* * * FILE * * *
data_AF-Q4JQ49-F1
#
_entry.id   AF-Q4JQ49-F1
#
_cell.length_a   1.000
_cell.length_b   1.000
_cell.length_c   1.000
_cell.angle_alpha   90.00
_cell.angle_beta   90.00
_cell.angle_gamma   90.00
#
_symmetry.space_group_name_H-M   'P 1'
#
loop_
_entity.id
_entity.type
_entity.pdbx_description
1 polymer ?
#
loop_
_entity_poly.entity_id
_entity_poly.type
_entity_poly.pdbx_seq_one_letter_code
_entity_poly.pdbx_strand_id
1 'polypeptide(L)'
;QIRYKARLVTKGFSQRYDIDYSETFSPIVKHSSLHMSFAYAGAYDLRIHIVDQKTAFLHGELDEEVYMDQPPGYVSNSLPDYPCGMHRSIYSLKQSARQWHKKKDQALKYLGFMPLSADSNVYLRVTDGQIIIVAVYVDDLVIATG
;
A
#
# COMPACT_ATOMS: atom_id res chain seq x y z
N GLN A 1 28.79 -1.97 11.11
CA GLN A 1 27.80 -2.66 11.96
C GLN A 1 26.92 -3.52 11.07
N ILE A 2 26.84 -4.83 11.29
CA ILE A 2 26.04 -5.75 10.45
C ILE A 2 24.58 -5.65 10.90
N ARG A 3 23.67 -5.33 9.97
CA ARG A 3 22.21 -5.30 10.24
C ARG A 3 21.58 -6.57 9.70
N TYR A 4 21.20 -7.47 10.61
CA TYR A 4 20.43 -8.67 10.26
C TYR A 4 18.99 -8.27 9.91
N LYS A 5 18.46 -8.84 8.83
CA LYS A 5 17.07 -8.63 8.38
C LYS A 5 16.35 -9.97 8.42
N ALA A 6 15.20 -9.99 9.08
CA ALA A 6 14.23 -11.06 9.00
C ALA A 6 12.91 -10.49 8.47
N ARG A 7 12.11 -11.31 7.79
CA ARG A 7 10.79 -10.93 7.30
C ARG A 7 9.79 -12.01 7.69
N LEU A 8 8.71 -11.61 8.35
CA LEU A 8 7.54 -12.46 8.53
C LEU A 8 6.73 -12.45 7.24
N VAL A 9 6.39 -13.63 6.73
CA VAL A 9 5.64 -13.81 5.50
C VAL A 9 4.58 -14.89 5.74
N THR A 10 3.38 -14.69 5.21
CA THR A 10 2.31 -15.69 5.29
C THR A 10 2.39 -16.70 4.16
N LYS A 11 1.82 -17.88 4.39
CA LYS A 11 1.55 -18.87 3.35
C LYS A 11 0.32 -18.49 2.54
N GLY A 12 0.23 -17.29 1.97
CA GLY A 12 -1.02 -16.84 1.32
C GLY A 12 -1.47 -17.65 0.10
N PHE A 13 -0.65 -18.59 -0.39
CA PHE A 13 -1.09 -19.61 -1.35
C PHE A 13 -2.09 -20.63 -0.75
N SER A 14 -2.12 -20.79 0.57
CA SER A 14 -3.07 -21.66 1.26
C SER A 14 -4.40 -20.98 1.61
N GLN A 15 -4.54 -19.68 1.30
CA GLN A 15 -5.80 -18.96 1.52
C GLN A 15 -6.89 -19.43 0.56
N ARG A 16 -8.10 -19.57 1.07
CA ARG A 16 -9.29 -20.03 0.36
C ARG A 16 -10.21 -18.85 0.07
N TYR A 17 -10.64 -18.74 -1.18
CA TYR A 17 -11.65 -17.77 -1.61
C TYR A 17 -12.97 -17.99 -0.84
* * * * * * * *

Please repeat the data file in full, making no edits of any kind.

data_AF-Q4JQ49-F1
#
_entry.id   AF-Q4JQ49-F1
#
_cell.length_a   1.000
_cell.length_b   1.000
_cell.length_c   1.000
_cell.angle_alpha   90.00
_cell.angle_beta   90.00
_cell.angle_gamma   90.00
#
_symmetry.space_group_name_H-M   'P 1'
#
loop_
_entity.id
_entity.type
_entity.pdbx_description
1 polymer ?
#
loop_
_entity_poly.entity_id
_entity_poly.type
_entity_poly.pdbx_seq_one_letter_code
_entity_poly.pdbx_strand_id
1 'polypeptide(L)'
;QIRYKARLVTKGFSQRYDIDYSETFSPIVKHSSLHMSFAYAGAYDLRIHIVDQKTAFLHGELDEEVYMDQPPGYVSNSLPDYPCGMHRSIYSLKQSARQWHKKKDQALKYLGFMPLSADSNVYLRVTDGQIIIVAVYVDDLVIATG
;
A
#
# COMPACT_ATOMS: atom_id res chain seq x y z
N GLN A 1 28.79 -1.97 11.11
CA GLN A 1 27.80 -2.66 11.96
C GLN A 1 26.92 -3.52 11.07
N ILE A 2 26.84 -4.83 11.29
CA ILE A 2 26.04 -5.75 10.45
C ILE A 2 24.58 -5.65 10.90
N ARG A 3 23.67 -5.33 9.97
CA ARG A 3 22.21 -5.30 10.24
C ARG A 3 21.58 -6.57 9.70
N TYR A 4 21.20 -7.47 10.61
CA TYR A 4 20.43 -8.67 10.26
C TYR A 4 18.99 -8.27 9.91
N LYS A 5 18.46 -8.84 8.83
CA LYS A 5 17.07 -8.63 8.38
C LYS A 5 16.35 -9.97 8.42
N ALA A 6 15.20 -9.99 9.08
CA ALA A 6 14.23 -11.06 9.00
C ALA A 6 12.91 -10.49 8.47
N ARG A 7 12.11 -11.31 7.79
CA ARG A 7 10.79 -10.93 7.30
C ARG A 7 9.79 -12.01 7.69
N LEU A 8 8.71 -11.61 8.35
CA LEU A 8 7.54 -12.46 8.53
C LEU A 8 6.73 -12.45 7.24
N VAL A 9 6.39 -13.63 6.73
CA VAL A 9 5.64 -13.81 5.50
C VAL A 9 4.58 -14.89 5.74
N THR A 10 3.38 -14.69 5.21
CA THR A 10 2.31 -15.69 5.29
C THR A 10 2.39 -16.70 4.16
N LYS A 11 1.82 -17.88 4.39
CA LYS A 11 1.55 -18.87 3.35
C LYS A 11 0.32 -18.49 2.54
N GLY A 12 0.23 -17.29 1.97
CA GLY A 12 -1.02 -16.84 1.32
C GLY A 12 -1.47 -17.65 0.10
N PHE A 13 -0.65 -18.59 -0.39
CA PHE A 13 -1.09 -19.61 -1.35
C PHE A 13 -2.09 -20.63 -0.75
N SER A 14 -2.12 -20.79 0.57
CA SER A 14 -3.07 -21.66 1.26
C SER A 14 -4.40 -20.98 1.61
N GLN A 15 -4.54 -19.68 1.30
CA GLN A 15 -5.80 -18.96 1.52
C GLN A 15 -6.89 -19.43 0.56
N ARG A 16 -8.10 -19.57 1.07
CA ARG A 16 -9.29 -20.03 0.36
C ARG A 16 -10.21 -18.85 0.07
N TYR A 17 -10.64 -18.74 -1.18
CA TYR A 17 -11.65 -17.77 -1.61
C TYR A 17 -12.97 -17.99 -0.84